Fine Art in the pine woods
It gets dark early in the wintertime in Rockland, Maine.One afternoon just after the first snow, I visited the William A. Farnsworth Library and Art Museum. A dying golden light ennobled the waist-high oak wainscoting as I climbed the curving staircase. As the shadows lengthened and the snow outside went that particular dead gray that is picturesque only when seen with a bright sunset from inside a warm place, the museum's seascapes took on a chill tang of reality.Skip to next paragraph
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Upstairs there's a roomful of Wyeths. Under glass, old children's books are turned to N.C. Wyeth's heroic illustrations and there are some posters he painted for the Hercules Powder Company. There are Andrew Wyeth's haunting watercolors -- "Her Room," the museum's most famous example, wasn't up at the time. "It's just back from the Royal Gallery and it's resting up," said the museum's director, Marius Peladeau.
But Wyeth's "Young Fisherman and Dory" washed the room with its feeling of solitude and greenish Atlantic light. Monhegan Island, scene of this and so m any Wyeth paintings, seemed almost palpable, lying as it does off Rockland to the southeast. Though it was warm and dry in the gallery, the sea's presence was there, in the light, the backgrounds, and the feelings of those paintings, almost as tangible as a smack of errant seaspray.
John McCoy, who taught Andrew to use tempera, is represented too. And Ann Wyeth McCoy's "White Daisy," a portrait of a rock with a daisy and a perfectly peaceful field, looked, at least in that context, as if it were painted just onshore.
Down in the basement are clipper ships painted in full sail with frills of foam at their bows, keeling and bucking in front of dramatic clouds through iron-gray, tossing waves. On the shelves lie 18th- and 19th-century souvenirs of the sea, harpoons and whale teeth, as well as a case of silks and fans from the China trade.
And in the library, under the Waterford chandelier, you can sit and look at illustrations by Rockwell Kent, whose houses on Monhegan Jamie Wyeth has painted. Or read first editions of Edna St. Vincent Millay, who grew up in Rockland. Or check out the Louise Nevelson archives. She grew up there too. And her statues crouch outside in the dying light.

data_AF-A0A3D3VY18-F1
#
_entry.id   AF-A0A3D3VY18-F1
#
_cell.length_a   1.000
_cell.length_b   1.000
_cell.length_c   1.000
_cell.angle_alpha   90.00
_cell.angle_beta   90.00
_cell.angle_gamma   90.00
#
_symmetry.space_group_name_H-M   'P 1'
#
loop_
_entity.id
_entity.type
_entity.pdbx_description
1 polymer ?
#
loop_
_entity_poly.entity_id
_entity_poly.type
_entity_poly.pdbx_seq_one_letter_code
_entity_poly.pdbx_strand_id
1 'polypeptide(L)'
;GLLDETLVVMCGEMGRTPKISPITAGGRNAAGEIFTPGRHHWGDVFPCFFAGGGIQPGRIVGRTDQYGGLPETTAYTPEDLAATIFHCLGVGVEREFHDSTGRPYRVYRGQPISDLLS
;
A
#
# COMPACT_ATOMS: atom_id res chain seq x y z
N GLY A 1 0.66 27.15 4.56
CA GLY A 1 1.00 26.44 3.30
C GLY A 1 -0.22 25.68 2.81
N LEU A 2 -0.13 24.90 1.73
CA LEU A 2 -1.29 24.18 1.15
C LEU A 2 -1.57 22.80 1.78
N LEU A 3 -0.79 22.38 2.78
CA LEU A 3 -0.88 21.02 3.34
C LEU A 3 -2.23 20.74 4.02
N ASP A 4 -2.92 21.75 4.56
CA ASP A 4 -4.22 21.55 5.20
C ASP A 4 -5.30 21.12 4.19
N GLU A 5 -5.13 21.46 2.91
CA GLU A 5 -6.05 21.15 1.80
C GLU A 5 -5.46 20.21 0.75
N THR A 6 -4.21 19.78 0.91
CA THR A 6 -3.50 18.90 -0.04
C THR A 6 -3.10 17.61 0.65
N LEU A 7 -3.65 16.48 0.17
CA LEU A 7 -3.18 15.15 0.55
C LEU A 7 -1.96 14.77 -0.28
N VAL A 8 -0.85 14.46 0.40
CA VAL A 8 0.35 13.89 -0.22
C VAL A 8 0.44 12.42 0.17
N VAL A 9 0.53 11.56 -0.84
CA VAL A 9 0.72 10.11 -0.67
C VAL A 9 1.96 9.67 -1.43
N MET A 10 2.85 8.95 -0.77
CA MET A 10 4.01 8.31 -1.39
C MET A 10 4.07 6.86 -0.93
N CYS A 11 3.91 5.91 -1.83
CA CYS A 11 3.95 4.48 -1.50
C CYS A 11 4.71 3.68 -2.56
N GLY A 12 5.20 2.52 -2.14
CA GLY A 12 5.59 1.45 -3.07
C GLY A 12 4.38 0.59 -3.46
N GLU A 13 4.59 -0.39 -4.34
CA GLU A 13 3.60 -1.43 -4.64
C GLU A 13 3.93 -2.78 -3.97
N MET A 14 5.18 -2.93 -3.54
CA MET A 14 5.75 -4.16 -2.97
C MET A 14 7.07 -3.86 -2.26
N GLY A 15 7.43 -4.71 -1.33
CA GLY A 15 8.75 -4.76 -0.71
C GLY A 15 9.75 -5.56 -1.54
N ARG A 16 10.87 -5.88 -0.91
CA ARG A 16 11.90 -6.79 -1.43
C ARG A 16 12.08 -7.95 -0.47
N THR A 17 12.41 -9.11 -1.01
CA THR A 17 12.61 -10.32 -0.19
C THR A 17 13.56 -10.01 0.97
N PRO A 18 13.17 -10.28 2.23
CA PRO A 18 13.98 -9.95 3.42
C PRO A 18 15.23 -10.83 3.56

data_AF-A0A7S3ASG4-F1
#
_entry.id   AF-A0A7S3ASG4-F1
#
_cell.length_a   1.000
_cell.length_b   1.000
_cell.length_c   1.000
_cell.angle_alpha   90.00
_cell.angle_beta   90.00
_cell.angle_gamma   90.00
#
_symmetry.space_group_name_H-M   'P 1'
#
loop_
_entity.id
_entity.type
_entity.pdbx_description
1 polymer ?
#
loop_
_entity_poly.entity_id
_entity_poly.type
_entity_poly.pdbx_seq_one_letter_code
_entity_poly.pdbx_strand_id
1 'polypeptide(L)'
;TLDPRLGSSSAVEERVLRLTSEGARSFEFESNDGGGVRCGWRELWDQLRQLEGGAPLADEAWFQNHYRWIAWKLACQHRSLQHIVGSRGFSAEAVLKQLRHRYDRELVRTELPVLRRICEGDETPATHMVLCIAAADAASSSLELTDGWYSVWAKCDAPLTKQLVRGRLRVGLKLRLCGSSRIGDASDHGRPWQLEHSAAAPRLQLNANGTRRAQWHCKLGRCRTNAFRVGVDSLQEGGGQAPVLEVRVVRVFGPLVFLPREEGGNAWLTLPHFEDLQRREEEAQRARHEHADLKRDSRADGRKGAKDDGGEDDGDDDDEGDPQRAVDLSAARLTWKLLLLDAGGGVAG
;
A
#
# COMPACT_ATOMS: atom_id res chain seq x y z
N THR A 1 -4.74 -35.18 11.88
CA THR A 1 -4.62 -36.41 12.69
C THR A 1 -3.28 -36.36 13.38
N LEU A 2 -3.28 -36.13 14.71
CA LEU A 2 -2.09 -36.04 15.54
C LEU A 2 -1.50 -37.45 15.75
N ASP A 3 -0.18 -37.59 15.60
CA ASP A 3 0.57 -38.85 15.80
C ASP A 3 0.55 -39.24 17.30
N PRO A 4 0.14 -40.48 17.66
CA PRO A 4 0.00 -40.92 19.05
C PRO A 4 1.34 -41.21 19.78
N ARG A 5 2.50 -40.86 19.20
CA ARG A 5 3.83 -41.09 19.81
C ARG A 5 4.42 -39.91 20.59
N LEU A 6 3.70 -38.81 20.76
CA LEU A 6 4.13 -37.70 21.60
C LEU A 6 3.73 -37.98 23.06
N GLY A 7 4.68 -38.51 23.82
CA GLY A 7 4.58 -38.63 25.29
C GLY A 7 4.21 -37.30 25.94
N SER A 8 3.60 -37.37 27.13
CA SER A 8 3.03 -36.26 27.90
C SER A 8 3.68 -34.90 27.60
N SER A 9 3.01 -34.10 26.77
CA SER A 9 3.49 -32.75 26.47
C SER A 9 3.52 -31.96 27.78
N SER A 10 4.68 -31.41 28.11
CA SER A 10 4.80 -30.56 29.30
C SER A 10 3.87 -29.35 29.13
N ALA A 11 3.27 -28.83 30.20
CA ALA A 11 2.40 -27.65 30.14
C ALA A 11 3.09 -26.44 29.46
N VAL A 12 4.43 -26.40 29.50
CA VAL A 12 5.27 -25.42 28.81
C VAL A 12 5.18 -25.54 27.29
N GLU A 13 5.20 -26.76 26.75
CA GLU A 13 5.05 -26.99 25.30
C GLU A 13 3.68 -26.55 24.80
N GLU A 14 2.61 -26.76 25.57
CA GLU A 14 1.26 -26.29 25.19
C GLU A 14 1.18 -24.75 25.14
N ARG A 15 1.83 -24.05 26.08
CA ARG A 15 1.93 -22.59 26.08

Not everything at the museum has to do with the sea or with Rockland. But the William A. Farnsworth Library and Museum is, in the words of Mr. Peladeau, who sports a low-on-the-chin, mustacheless beard like the ones you see in old engravings, "a good, regional museum." Just what constitutes a good regional museum?
Rockland is certainly a good region, having given the world poet Edna St. Vincent Millay, opera singer Maxine Elliott, and sculptor Louise Nevelson. What is it about Rockland that would produce three such different women artists? I ask. "Luck," says Mr. Peladeau.
And maybe landscape, too. But nothing more than that. Though you can see in the rocky coast and piney fields around you the stuff of paintings, poems, and probably songs galore (not to mention the evidence of their inspiration stacked up at the museum) when Millay, Nevelson, and Elliott and cohorts were growing up , they didn't get much official artistic inspiration from Rockland.Which is one of the things you need a good regional museum for.
The museum opened in 1948. Now there is a studio where the next generation's artists can sculpture, dance, make quilts, or do calligraphy. Even if that sort of encouragement doesn't make such difference to artists in the long run, ordinary civilians need artistic inspiration. And there are enough different views of the sea to give the visitor who would never think of painting more to look for out the window. And a library where schoolboys write papers, where summer people like to read between ferries.
What brought all this about? you may ask. The answer is simple: Lucy Farnsworth.